Open-source chip mimics Linux's path to take on closed x86 and ARM CPUs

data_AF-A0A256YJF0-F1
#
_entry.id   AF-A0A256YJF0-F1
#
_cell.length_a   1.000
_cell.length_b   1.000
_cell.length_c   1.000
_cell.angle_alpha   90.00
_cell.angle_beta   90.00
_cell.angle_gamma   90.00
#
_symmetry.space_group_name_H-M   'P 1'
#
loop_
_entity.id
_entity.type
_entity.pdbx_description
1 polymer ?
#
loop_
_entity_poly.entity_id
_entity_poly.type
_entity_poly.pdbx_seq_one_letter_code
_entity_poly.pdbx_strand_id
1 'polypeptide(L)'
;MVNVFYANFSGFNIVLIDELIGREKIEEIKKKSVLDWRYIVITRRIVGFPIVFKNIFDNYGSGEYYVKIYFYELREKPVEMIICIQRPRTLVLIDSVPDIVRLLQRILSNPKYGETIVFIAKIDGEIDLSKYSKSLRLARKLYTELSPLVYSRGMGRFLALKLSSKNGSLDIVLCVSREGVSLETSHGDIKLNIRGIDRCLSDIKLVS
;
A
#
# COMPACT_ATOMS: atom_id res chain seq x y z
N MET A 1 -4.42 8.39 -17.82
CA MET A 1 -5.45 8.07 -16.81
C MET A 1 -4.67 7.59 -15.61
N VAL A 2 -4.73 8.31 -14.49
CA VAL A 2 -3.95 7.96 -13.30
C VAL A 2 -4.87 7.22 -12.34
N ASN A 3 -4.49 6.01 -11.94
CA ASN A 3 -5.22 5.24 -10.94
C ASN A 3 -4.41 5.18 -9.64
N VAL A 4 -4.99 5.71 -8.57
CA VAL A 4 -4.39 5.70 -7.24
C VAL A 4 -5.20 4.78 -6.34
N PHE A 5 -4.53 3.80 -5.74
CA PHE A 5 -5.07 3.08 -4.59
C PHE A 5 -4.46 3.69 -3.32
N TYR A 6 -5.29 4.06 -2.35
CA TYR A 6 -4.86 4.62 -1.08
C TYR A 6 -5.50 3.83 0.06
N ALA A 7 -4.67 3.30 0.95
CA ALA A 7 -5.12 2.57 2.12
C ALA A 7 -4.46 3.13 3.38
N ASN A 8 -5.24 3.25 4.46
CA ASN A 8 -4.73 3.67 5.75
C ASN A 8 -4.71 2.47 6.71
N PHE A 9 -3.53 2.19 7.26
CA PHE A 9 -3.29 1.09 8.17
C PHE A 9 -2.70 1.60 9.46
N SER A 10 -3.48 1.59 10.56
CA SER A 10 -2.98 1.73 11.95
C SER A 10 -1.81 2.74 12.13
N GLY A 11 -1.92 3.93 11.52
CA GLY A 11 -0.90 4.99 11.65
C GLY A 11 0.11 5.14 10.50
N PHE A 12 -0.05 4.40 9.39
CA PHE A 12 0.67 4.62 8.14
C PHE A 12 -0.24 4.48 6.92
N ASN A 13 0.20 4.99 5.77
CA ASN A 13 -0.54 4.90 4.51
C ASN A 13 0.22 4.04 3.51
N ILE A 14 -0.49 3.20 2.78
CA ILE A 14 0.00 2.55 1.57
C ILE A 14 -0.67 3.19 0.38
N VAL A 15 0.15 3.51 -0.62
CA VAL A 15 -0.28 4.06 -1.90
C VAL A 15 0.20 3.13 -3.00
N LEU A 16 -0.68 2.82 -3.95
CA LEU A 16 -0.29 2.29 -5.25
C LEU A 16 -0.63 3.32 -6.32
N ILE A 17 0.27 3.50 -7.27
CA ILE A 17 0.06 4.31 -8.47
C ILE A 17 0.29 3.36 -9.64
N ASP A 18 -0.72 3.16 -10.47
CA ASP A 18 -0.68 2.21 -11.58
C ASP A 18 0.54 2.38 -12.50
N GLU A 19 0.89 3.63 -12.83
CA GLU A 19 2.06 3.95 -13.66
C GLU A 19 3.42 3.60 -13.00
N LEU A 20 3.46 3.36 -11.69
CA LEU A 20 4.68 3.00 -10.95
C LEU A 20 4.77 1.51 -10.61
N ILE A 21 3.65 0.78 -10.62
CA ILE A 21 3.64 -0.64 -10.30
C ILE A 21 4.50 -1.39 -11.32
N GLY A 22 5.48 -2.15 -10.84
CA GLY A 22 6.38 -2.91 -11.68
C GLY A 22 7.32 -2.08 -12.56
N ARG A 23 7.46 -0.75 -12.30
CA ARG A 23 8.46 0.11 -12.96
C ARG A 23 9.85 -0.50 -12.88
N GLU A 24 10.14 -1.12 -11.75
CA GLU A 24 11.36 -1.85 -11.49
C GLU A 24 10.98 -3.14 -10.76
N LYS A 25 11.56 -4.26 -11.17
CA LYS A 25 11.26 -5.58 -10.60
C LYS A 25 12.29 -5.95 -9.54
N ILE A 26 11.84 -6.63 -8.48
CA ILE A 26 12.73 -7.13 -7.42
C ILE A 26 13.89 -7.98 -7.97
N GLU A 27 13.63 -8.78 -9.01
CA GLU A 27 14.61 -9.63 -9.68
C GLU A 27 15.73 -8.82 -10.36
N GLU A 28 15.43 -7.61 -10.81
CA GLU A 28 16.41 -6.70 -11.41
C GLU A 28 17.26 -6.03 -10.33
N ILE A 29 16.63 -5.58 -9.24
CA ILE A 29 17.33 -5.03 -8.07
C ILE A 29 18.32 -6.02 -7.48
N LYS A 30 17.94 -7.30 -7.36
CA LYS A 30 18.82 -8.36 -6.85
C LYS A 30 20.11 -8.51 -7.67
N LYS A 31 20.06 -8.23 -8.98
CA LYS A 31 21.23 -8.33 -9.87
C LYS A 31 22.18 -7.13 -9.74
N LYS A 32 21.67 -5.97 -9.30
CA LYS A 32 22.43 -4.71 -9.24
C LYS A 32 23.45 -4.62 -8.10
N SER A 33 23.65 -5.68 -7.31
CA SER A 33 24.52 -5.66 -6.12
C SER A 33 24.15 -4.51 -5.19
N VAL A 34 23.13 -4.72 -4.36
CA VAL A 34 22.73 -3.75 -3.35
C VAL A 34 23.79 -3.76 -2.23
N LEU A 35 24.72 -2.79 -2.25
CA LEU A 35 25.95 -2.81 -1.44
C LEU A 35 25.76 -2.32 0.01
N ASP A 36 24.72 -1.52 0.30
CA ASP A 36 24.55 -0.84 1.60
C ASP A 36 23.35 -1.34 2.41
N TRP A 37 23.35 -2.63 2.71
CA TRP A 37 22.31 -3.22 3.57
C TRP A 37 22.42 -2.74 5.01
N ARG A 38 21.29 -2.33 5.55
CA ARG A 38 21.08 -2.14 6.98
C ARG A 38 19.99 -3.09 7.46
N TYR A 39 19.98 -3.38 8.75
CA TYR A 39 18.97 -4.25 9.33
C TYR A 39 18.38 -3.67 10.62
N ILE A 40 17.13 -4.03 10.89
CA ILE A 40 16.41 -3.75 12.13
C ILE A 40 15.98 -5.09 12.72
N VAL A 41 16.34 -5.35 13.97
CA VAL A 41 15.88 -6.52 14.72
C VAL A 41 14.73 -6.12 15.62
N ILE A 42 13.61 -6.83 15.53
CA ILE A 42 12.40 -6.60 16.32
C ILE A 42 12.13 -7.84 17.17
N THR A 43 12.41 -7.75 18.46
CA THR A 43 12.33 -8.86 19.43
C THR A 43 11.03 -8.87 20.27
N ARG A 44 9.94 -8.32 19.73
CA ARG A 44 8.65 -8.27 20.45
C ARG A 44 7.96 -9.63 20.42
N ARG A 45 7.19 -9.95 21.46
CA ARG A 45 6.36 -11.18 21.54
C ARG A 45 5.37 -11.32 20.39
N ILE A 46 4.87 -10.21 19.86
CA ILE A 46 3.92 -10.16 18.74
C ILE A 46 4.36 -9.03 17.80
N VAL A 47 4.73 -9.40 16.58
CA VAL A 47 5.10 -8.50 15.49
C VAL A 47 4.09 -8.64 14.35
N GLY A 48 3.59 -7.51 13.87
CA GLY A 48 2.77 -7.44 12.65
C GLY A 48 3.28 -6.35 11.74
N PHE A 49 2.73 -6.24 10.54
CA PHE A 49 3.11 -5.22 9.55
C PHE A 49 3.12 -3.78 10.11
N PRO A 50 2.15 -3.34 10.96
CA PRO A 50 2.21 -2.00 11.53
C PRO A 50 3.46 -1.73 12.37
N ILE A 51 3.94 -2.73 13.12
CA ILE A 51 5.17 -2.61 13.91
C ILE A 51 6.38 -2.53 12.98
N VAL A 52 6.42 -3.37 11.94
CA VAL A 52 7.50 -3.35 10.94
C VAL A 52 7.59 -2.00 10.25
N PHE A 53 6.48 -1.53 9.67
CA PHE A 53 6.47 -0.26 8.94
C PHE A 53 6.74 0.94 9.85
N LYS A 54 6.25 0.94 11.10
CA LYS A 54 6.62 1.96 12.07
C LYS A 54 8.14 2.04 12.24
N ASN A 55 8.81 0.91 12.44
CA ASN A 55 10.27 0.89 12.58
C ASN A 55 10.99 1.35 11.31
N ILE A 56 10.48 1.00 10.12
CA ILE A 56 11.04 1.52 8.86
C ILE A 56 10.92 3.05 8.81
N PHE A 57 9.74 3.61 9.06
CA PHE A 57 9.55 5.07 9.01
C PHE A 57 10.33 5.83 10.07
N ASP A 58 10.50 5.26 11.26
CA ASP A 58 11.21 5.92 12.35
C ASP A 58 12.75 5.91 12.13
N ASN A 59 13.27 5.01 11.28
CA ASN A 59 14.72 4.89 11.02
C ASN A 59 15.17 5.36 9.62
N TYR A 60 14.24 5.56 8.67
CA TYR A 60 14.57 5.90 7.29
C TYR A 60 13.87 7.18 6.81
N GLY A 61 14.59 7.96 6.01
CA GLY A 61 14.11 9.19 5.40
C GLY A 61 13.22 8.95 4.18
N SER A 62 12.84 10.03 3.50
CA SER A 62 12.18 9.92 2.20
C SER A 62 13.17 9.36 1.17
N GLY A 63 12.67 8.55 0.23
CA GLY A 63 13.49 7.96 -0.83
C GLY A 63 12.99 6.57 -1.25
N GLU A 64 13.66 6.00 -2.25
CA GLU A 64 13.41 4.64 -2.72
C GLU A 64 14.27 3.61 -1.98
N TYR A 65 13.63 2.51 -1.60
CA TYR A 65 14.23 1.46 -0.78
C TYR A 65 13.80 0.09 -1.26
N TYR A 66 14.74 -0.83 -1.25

If you're buying a PC or server, you've likely considered chips based on x86 or, perhaps less often, the ARM architecture. But like Linux in software, an open-source chip project is out to break the dominance of proprietary chips offered by Intel, AMD, and ARM. The RISC-V open-source architecture, created by researchers at the University of California, Berkeley, in 2010, is open to all who want to use it. The RISC-V design can be modified for PCs, servers, smartphones, wearables, and other devices. A startup called SiFive is the first to make a business out of the RISC-V architecture.

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